Friday, February 01, 2008

L2 Cache Feature in Pentium III & Xeon Processor Based Server / PC

Although below mentioned article I posted on server watch forum way back in 2003 but today again I faced similar experience with Intel Core 2 Duo processor in my laptop. This time performance boost is almost of 4 times.

02-16-2003, 04:12 AM
It was a great experience today for me when I was enquired about L2 on die cache with Windows XP by my booss. I just shocked by knowing the fact that by default Windows XP enable 256KB Cache in kernel its hardly matter that how much Cache is available in your server. I did small research on this & found some amazing fact which I enclosed here.

The L2, or second-level, cache, is an integral part of your CPU. But still NT Kernel didn’t detect it. What I mean is that all Microsoft family OS based on NT Kernel like Windows 2000 Server family, Windows NT, Windows 2000 Professional and even though Windows XP. You didn’t Observe it by any tool but it could be displayed only in one Registry Key. Use Regedt32 or regedit & navigate to this hive
HKEY_LOCAL_MACHINE\System\CurrentControlSet\Contro l\Session Manager\ Memory Management\SecondLevelDataCache

You definitely observe

Value: 0x00000000

This is because when HAL (at the time of installation ) cannot retrieve this from the hardware or BIOS, it sets this parameter value to 0, indicating that a built-in default size of 256 KB of L2 cache should be used. But Most Pentium II and III systems use 512 KB or more of L2 cache memory. The Xeon chips support 1 MB and 2 MB caches. You can get significantly better performance if this is set to match the actual amount of L2 cache. Setting the value higher than the actual amount of L2 cache available may prevent the system to be unstable. Check your documentation carefully. Multiprocessor systems have processors with identical speeds and caches.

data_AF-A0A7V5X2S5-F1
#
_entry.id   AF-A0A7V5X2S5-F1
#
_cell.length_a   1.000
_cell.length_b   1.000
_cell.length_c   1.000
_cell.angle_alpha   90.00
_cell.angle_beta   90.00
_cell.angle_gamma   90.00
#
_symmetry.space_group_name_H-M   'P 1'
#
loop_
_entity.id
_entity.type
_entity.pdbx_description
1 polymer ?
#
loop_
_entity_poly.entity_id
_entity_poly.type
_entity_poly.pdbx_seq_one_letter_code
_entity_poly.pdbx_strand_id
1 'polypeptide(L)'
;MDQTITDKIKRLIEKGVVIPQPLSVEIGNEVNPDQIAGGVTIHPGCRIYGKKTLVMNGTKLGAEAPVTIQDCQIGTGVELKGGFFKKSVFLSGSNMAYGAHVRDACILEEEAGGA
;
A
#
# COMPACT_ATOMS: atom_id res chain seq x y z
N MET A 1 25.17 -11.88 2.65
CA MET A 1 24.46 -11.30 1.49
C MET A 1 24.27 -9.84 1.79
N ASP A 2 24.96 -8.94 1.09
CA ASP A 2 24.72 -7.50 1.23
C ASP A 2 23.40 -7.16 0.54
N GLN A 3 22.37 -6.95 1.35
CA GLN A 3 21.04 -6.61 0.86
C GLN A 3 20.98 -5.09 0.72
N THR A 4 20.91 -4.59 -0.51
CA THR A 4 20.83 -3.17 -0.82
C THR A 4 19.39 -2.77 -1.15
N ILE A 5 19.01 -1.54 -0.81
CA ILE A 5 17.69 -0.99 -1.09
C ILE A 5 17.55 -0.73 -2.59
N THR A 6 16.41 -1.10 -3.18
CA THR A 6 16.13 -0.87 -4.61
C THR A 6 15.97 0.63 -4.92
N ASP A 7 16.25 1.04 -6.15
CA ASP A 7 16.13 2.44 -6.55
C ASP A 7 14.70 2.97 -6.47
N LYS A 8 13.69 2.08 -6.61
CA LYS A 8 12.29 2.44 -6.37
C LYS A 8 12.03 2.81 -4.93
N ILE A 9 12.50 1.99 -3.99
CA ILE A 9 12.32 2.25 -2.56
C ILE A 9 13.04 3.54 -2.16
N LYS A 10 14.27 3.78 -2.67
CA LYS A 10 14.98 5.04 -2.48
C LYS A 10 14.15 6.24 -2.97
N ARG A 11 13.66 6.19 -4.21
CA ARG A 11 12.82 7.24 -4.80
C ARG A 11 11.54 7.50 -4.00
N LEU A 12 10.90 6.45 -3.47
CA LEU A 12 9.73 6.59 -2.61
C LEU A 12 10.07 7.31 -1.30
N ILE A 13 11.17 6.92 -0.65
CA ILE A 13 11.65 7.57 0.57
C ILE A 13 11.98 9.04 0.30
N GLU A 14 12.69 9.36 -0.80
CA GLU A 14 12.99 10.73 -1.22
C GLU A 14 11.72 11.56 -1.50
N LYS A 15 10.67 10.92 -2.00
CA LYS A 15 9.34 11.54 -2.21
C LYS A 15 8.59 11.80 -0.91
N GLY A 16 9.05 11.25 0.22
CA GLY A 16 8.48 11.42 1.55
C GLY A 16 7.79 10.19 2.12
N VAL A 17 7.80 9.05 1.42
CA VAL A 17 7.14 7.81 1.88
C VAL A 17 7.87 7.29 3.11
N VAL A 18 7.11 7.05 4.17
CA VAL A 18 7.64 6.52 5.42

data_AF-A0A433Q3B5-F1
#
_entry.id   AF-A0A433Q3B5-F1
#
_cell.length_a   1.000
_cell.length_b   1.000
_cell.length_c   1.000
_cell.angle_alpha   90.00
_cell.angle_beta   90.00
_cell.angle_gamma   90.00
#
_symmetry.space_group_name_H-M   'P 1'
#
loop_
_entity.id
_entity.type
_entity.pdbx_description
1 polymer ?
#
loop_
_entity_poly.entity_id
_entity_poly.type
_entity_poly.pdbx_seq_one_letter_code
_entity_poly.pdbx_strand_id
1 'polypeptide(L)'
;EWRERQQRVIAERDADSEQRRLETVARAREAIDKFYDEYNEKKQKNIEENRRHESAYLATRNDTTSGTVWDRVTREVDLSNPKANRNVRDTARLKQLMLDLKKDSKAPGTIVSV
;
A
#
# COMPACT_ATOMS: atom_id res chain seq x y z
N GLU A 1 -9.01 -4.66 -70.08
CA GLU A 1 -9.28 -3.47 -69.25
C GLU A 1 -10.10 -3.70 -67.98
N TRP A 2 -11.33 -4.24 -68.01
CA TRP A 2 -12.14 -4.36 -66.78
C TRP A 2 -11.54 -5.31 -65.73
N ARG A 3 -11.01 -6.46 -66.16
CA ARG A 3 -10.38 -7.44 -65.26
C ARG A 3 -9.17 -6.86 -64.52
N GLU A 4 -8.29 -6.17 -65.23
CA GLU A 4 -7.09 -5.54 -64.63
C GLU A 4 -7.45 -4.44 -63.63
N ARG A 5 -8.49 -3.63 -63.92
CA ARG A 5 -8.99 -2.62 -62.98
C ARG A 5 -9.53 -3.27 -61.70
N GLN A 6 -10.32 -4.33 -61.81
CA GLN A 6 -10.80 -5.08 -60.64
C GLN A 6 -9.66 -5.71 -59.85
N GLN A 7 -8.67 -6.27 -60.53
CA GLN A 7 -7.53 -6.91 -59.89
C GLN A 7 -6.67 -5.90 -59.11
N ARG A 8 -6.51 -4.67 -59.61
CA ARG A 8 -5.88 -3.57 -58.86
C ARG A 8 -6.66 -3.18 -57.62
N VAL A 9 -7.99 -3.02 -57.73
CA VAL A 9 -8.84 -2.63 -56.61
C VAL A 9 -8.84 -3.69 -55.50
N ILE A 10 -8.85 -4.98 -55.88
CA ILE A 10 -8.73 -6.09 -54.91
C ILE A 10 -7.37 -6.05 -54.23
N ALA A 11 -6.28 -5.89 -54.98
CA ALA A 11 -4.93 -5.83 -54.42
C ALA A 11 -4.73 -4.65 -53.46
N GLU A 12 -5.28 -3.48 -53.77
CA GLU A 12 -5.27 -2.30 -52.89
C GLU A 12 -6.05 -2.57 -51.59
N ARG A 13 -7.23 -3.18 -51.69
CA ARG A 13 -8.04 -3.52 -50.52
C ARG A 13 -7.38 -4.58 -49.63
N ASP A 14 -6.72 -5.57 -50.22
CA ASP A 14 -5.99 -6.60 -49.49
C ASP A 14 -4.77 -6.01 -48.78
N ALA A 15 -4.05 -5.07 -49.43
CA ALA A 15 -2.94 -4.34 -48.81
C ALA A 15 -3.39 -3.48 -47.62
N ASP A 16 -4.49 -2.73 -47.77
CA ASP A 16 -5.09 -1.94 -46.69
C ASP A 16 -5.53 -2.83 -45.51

Hive: HKEY_LOCAL_MACHINE\System\CurrentControlSet\Contro l\Session Manager
Key: Memory Management
Name: SecondLevelDataCache
Value: 0x00000000 256K L2 cache
Value: 0x00000200 512K L2 cache
Value: 0x00000400 1M L2 cache
Value: 0x00000800 2M L2 cache

Microsoft states that the above is erroneous and that the second level (L2) cache is recognized by the NT/W2K/XP and is fully utilized regardless of the setting of this parameter. Thus I would not twiddle with it, although if Microsoft is correct, it doesn't matter Don't know what to believe. But I found relative performance enhancement after making this change.
Mukesh Kesharwani

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